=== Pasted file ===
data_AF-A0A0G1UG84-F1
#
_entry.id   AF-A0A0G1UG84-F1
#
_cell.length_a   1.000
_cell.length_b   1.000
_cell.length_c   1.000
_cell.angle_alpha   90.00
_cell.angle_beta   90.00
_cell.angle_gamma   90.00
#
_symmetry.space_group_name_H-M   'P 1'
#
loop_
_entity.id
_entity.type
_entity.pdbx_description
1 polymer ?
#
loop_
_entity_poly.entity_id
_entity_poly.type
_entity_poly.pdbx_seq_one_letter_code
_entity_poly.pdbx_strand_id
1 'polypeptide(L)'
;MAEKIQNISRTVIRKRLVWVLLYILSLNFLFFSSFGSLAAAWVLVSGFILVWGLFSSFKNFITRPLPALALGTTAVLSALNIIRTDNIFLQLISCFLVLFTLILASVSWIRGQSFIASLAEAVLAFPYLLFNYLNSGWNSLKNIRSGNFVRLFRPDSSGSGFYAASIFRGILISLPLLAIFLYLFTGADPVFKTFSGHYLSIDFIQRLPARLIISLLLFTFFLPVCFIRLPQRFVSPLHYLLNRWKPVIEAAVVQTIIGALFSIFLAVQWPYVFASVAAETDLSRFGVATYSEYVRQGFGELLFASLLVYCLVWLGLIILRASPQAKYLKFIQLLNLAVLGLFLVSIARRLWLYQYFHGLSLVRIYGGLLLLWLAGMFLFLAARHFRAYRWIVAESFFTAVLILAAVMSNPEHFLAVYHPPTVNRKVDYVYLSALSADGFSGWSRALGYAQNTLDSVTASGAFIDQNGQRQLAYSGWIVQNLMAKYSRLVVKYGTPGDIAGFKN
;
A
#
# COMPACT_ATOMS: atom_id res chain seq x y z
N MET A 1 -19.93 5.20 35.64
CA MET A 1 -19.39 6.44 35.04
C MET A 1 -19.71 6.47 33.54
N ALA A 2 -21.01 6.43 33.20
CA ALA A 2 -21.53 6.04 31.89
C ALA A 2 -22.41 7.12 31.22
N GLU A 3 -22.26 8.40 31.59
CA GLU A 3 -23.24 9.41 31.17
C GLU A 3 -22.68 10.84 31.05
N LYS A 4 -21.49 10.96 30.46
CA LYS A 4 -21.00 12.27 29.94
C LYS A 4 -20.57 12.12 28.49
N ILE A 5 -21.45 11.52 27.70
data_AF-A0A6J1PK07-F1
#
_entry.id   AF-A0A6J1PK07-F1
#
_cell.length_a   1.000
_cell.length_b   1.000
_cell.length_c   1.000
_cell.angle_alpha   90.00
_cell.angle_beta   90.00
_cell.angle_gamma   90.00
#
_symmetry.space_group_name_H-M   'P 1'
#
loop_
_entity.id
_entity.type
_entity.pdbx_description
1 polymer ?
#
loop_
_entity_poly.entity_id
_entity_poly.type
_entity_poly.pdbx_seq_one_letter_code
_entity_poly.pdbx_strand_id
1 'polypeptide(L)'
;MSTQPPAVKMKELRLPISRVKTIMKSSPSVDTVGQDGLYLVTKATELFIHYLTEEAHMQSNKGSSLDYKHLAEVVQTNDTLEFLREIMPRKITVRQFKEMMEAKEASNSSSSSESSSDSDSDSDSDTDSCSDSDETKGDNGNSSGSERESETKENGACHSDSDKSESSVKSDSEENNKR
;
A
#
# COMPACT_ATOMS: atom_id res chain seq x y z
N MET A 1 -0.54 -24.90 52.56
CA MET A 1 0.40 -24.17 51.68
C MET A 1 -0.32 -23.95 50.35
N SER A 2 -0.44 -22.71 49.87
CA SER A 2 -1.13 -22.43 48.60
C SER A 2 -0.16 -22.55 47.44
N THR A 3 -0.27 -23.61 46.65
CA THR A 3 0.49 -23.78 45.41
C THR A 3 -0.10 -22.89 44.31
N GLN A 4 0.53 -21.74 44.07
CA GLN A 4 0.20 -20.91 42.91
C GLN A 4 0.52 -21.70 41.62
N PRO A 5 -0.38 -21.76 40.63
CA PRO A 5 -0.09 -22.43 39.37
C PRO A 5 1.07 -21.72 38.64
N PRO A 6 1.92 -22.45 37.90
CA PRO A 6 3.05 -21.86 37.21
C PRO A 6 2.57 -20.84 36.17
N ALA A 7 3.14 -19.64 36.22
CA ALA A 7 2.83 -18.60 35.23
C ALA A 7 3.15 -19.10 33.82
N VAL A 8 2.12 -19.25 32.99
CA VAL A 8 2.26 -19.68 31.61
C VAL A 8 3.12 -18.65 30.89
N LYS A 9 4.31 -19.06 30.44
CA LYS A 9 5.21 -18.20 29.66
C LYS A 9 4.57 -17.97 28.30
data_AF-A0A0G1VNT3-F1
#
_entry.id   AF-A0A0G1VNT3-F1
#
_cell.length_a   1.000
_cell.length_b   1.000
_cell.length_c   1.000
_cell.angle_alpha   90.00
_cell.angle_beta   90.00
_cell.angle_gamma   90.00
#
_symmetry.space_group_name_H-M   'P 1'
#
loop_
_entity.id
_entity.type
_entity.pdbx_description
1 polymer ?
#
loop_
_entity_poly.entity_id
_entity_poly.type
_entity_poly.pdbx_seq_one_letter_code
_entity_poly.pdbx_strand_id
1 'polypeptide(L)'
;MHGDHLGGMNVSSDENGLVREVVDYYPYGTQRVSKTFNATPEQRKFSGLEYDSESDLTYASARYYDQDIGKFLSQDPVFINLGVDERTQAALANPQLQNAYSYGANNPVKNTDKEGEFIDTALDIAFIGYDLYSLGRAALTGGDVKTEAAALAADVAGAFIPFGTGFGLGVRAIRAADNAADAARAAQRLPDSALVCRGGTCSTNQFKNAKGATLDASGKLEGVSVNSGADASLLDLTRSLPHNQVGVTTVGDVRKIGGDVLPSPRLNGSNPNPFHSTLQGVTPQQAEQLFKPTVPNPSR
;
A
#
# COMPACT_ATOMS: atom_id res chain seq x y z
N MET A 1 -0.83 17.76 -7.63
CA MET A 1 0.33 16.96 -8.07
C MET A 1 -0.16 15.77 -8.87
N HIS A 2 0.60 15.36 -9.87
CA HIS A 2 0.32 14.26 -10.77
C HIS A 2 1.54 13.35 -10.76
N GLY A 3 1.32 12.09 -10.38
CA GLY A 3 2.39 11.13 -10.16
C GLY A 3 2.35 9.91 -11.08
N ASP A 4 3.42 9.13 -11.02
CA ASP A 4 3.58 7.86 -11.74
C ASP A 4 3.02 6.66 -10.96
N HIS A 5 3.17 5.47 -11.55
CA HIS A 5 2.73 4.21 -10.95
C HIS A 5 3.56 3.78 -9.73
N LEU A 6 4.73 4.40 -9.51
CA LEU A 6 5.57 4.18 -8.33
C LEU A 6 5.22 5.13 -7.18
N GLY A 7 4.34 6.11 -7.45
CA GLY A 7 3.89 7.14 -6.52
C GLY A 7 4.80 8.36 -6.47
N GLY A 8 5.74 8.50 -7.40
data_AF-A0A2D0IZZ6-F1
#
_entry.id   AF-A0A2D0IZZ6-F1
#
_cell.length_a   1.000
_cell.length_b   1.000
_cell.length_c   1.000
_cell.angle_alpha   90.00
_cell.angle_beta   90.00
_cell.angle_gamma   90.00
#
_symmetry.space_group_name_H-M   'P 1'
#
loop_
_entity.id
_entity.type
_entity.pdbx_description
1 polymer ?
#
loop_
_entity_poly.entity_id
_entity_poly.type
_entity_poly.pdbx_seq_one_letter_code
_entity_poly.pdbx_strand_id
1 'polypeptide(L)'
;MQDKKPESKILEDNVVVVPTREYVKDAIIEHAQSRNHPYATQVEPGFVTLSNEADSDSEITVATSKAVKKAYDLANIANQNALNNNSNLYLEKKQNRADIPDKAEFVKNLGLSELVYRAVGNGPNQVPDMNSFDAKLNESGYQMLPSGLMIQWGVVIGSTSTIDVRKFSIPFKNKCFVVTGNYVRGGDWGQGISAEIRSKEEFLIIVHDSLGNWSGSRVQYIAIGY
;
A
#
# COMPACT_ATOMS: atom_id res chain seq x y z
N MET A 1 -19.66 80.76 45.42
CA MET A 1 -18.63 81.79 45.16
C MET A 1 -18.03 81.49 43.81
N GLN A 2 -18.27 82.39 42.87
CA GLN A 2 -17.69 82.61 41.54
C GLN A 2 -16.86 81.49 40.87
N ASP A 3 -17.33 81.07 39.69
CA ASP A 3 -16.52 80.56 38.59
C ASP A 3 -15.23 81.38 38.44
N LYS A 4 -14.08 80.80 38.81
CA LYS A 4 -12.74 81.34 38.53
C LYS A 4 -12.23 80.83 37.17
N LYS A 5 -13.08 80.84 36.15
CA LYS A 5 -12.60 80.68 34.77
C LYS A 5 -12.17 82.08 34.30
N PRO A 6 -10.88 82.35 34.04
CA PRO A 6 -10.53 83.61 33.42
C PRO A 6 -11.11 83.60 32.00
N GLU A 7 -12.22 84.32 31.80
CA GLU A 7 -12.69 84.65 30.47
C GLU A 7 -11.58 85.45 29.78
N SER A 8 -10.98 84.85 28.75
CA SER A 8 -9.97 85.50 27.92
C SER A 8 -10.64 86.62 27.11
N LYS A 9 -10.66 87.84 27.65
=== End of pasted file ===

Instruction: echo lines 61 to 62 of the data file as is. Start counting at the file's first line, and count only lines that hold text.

1 polymer ?
#